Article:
Excitement may control your mind, but don’t let it take over. Here are eight things to remember come opening day.
Do use high-impact scouting strategies
Get an edge over gobblers and other hunters by studying aerial photos. Hang a network of game cameras to pinpoint longbeards, reveal daily patterns, and determine specific roosting sites, strut zones, feeding areas and travel corridors.
Don’t fail to learn the area
Maps and cameras are not substitutes for walking and learning the hunting area first hand. Scouting can help you locate natural barriers and blow-down that typically cause gobblers to hang up just out of range. Knowing the land will generate more shot opportunities.
Do locate multiple longbeards
Stack the cards in your favor by patterning multiple longbeards. Another hunter may tag your gobbler before you get a chance so it pays to have more than one bird in your crosshairs.
Don’t put all your eggs in one basket
Everyone has a favorite spot, but don’t rely on that spot to produce. Give yourself options when all the turkeys go silent in your beloved location.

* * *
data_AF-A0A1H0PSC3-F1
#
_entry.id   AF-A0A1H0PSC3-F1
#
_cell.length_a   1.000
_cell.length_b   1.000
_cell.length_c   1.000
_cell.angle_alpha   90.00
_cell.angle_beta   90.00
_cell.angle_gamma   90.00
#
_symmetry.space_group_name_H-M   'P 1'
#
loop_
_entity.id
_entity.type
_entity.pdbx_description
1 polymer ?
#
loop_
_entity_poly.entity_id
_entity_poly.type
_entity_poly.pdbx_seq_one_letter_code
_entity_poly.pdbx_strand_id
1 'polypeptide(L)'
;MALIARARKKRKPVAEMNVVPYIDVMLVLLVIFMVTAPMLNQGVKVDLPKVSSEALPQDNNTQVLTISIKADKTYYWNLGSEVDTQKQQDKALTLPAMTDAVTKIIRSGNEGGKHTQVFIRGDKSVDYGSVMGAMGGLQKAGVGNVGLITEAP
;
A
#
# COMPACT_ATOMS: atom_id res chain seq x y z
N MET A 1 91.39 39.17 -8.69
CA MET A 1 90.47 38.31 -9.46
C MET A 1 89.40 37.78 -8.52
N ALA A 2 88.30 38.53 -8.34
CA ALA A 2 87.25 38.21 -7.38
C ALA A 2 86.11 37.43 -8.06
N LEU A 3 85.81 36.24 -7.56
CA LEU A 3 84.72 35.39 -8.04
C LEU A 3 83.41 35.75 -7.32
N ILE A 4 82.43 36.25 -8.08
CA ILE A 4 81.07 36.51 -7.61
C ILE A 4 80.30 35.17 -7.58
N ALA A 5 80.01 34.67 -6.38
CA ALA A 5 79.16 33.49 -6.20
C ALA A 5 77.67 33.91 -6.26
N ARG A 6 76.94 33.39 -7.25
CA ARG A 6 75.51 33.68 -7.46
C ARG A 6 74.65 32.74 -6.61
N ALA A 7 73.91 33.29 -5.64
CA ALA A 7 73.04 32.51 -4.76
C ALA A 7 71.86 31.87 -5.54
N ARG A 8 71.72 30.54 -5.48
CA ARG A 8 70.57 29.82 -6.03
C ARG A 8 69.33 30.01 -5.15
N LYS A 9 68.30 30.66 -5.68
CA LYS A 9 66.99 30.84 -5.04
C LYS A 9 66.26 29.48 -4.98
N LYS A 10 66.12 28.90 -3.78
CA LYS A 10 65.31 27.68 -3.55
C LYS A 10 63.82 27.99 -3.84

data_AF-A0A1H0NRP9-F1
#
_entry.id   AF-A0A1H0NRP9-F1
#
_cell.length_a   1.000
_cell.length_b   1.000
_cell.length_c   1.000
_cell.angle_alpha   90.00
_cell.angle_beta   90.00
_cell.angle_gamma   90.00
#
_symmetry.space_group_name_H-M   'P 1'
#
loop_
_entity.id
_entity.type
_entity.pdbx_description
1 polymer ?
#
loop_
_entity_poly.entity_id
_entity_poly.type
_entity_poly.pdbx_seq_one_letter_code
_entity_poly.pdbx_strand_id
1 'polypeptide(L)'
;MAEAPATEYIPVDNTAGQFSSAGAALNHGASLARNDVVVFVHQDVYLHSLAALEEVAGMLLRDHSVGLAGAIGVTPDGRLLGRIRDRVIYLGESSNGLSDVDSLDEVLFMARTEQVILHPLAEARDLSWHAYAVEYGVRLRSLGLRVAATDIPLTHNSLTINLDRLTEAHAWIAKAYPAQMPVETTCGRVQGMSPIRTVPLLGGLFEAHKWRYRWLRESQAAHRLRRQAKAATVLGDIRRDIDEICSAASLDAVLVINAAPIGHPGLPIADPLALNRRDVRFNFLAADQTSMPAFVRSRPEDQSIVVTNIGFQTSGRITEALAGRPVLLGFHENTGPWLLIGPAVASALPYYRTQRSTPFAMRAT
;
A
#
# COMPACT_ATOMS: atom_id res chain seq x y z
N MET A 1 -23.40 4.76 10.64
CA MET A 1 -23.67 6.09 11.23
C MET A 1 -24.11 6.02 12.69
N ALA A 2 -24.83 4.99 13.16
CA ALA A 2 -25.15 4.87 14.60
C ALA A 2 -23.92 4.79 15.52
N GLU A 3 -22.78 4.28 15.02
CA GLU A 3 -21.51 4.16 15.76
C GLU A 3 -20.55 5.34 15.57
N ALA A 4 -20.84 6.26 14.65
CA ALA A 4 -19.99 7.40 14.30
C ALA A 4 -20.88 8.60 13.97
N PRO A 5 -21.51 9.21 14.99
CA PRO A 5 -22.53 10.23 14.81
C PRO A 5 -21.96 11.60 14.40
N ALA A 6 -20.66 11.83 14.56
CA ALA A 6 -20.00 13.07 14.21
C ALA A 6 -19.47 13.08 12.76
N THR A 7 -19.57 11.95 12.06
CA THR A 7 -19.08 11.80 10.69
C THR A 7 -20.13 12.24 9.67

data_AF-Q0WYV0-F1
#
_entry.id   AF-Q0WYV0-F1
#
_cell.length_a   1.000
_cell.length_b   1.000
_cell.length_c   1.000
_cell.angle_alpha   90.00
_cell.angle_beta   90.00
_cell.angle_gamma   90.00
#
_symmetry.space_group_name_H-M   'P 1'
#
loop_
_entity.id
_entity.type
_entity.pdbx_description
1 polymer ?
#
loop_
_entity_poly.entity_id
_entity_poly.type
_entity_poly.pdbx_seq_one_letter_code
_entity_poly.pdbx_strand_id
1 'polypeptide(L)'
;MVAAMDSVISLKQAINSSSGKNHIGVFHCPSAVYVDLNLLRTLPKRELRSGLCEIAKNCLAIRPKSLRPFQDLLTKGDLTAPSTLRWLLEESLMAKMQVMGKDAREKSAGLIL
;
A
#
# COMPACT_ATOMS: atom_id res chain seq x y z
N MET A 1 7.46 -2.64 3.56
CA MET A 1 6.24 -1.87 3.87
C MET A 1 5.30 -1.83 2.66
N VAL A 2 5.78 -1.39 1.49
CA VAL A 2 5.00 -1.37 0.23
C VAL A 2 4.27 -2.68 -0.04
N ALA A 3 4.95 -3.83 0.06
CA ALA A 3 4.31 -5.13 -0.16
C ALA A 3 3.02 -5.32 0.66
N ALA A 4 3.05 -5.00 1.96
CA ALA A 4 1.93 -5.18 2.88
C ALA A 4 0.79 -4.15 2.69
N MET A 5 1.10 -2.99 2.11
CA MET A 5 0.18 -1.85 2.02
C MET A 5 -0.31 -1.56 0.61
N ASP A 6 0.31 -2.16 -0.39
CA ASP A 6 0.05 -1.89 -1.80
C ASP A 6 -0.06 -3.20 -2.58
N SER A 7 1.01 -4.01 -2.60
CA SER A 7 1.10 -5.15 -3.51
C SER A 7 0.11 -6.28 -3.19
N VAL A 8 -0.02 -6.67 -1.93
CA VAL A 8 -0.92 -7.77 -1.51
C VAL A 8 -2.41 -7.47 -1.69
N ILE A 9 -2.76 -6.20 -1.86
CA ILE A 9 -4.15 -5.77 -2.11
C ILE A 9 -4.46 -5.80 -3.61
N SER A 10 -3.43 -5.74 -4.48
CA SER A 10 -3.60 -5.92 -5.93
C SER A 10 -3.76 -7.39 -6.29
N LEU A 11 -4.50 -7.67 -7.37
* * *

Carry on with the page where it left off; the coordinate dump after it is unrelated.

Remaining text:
Do choose good set-ups
The right setup makes it easier to coax a hardheaded longbeard into range. Situate yourself in high traffic areas or where gobblers frequently visit. Locate hot spots and stay in the middle of the action.
Don’t depend on calling alone
Calling is important, but your setup and woodsmanship carries more weight. Moving silently, choosing a prime location, disappearing into your surroundings and diagnosing the mood of a gobbler all trump fancy calling.
Do match your calling
Sweet talk a tom and customize your calling according to the circumstances. When turkeys are quiet, soft yelps, clucks, purrs and scratching the leaves with your hand can be deadly. But moving in close and doing some aggressive cutting and yelping can be just what the doctor ordered.
Don’t rely on one call
Using only one type of call can be a monumental mistake. Switch between a raspy friction call and a high-pitched diaphragm call to add flare. Some hunting scenarios may require you to combine two calls to replicate the sound of multiple hens.